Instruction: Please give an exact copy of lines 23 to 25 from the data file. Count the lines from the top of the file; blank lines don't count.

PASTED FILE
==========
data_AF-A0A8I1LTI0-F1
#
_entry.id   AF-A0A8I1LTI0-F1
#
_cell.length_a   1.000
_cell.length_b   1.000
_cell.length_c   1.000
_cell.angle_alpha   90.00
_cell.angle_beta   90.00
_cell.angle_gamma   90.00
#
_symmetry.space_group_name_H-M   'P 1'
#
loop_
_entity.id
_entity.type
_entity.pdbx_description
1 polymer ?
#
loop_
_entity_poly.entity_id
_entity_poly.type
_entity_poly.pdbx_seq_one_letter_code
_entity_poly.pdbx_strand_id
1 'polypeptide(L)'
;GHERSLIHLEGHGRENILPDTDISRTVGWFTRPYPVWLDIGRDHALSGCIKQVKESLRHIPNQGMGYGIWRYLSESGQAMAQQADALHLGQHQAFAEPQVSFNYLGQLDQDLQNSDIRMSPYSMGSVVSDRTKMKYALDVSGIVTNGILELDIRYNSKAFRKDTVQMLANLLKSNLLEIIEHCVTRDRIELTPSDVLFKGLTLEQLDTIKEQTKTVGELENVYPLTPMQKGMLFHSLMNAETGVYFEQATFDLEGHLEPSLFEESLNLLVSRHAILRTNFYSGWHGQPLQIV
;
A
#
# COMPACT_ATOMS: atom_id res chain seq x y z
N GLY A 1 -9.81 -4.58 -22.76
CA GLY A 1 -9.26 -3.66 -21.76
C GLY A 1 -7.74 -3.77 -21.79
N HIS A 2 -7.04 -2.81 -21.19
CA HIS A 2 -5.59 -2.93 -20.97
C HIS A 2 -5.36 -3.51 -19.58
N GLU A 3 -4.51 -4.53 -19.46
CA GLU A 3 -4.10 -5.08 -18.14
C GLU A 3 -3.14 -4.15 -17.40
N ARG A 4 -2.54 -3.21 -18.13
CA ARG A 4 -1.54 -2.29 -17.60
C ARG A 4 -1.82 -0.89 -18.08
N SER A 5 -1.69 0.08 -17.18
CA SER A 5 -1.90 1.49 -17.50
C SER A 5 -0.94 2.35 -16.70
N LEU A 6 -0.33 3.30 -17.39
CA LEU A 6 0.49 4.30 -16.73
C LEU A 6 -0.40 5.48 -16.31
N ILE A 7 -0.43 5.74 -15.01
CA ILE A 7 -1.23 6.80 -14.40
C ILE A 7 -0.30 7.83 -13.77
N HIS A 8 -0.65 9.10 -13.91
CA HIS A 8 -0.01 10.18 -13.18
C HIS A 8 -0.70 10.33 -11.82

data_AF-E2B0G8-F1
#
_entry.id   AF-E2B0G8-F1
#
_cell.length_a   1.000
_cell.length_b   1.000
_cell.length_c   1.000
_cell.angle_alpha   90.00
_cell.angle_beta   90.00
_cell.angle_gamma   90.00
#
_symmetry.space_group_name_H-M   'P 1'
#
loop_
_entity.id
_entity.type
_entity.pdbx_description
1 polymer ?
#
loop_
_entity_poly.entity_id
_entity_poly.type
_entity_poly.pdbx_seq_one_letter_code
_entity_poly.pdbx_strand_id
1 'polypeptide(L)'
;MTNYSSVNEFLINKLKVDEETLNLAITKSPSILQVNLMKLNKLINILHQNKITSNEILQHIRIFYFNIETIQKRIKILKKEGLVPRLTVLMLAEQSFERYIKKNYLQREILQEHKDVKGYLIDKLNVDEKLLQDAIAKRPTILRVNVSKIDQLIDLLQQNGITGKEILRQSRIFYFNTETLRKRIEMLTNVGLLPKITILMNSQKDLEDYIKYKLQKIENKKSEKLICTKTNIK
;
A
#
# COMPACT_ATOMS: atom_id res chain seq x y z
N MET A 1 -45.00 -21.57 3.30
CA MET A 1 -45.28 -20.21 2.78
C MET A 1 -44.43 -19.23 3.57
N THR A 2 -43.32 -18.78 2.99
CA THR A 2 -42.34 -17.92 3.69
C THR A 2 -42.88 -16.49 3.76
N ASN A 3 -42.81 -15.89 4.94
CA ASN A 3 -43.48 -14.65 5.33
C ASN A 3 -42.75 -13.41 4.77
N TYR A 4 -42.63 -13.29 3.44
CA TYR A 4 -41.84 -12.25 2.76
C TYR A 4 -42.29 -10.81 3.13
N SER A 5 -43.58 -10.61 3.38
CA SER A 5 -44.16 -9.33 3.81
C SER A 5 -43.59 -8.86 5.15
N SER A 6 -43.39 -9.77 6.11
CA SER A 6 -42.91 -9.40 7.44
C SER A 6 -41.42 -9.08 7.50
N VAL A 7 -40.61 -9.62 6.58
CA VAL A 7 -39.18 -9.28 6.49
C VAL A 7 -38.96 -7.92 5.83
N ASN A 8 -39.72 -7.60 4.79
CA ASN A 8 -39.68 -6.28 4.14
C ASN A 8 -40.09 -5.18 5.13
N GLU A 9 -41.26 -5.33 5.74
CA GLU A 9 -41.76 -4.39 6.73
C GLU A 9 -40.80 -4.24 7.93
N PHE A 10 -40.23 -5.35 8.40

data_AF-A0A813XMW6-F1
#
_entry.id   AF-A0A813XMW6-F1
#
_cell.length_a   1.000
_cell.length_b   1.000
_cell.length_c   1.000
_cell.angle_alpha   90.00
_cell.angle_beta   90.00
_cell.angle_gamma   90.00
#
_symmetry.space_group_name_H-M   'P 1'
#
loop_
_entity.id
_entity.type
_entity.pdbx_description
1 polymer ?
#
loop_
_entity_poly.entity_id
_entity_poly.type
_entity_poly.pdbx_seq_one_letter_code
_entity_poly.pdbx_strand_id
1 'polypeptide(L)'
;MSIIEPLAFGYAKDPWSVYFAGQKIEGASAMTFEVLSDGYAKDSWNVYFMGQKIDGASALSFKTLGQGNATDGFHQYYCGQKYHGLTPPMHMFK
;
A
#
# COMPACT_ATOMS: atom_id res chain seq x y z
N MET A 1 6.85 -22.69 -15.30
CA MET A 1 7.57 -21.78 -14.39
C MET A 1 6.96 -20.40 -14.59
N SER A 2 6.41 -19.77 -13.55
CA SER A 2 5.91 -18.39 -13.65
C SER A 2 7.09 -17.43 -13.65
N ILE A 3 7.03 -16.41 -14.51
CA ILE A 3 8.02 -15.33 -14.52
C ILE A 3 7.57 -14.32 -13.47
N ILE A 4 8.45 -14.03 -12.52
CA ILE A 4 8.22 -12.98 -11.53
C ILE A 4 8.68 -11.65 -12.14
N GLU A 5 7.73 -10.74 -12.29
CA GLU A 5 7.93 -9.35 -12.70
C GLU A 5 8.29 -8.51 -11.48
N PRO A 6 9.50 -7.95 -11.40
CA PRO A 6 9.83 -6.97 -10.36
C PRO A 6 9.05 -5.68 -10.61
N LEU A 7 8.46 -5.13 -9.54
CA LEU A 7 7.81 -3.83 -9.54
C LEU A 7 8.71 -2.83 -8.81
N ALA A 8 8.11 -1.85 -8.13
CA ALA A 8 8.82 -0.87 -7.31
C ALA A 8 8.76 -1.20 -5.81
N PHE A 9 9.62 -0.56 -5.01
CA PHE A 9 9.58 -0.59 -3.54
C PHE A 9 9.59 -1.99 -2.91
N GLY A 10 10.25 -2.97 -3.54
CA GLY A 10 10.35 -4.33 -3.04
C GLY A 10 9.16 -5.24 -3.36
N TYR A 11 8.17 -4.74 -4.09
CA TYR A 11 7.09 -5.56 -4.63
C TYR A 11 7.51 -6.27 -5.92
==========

_entity_poly.pdbx_seq_one_letter_code
_entity_poly.pdbx_strand_id
1 'polypeptide(L)'